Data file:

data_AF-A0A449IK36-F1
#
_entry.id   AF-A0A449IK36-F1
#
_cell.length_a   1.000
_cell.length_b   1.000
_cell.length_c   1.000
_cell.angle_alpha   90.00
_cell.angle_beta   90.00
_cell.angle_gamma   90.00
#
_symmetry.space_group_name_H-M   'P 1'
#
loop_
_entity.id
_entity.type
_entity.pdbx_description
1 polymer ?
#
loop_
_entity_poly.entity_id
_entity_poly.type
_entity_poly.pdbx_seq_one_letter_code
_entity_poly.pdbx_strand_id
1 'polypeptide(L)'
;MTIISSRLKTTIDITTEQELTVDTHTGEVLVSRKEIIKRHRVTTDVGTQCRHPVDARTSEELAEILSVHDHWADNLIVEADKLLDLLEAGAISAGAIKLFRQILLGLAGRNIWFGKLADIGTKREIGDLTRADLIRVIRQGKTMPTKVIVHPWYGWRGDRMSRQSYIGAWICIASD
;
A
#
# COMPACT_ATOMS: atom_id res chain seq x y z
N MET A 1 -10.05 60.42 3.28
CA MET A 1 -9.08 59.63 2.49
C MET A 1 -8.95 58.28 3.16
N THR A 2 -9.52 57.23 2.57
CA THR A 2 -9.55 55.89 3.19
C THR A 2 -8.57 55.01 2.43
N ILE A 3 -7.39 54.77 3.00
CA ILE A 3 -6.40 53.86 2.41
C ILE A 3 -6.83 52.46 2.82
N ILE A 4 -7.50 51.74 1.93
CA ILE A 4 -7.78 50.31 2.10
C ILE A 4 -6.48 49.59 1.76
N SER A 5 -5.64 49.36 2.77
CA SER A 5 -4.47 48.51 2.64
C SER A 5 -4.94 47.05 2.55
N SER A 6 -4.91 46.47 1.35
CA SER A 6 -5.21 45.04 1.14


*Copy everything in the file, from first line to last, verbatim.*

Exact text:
data_AF-A0A449IK36-F1
#
_entry.id   AF-A0A449IK36-F1
#
_cell.length_a   1.000
_cell.length_b   1.000
_cell.length_c   1.000
_cell.angle_alpha   90.00
_cell.angle_beta   90.00
_cell.angle_gamma   90.00
#
_symmetry.space_group_name_H-M   'P 1'
#
loop_
_entity.id
_entity.type
_entity.pdbx_description
1 polymer ?
#
loop_
_entity_poly.entity_id
_entity_poly.type
_entity_poly.pdbx_seq_one_letter_code
_entity_poly.pdbx_strand_id
1 'polypeptide(L)'
;MTIISSRLKTTIDITTEQELTVDTHTGEVLVSRKEIIKRHRVTTDVGTQCRHPVDARTSEELAEILSVHDHWADNLIVEADKLLDLLEAGAISAGAIKLFRQILLGLAGRNIWFGKLADIGTKREIGDLTRADLIRVIRQGKTMPTKVIVHPWYGWRGDRMSRQSYIGAWICIASD
;
A
#
# COMPACT_ATOMS: atom_id res chain seq x y z
N MET A 1 -10.05 60.42 3.28
CA MET A 1 -9.08 59.63 2.49
C MET A 1 -8.95 58.28 3.16
N THR A 2 -9.52 57.23 2.57
CA THR A 2 -9.55 55.89 3.19
C THR A 2 -8.57 55.01 2.43
N ILE A 3 -7.39 54.77 3.00
CA ILE A 3 -6.40 53.86 2.41
C ILE A 3 -6.83 52.46 2.82
N ILE A 4 -7.50 51.74 1.93
CA ILE A 4 -7.78 50.31 2.10
C ILE A 4 -6.48 49.59 1.76
N SER A 5 -5.64 49.36 2.77
CA SER A 5 -4.47 48.51 2.64
C SER A 5 -4.94 47.05 2.55
N SER A 6 -4.91 46.47 1.35
CA SER A 6 -5.21 45.04 1.14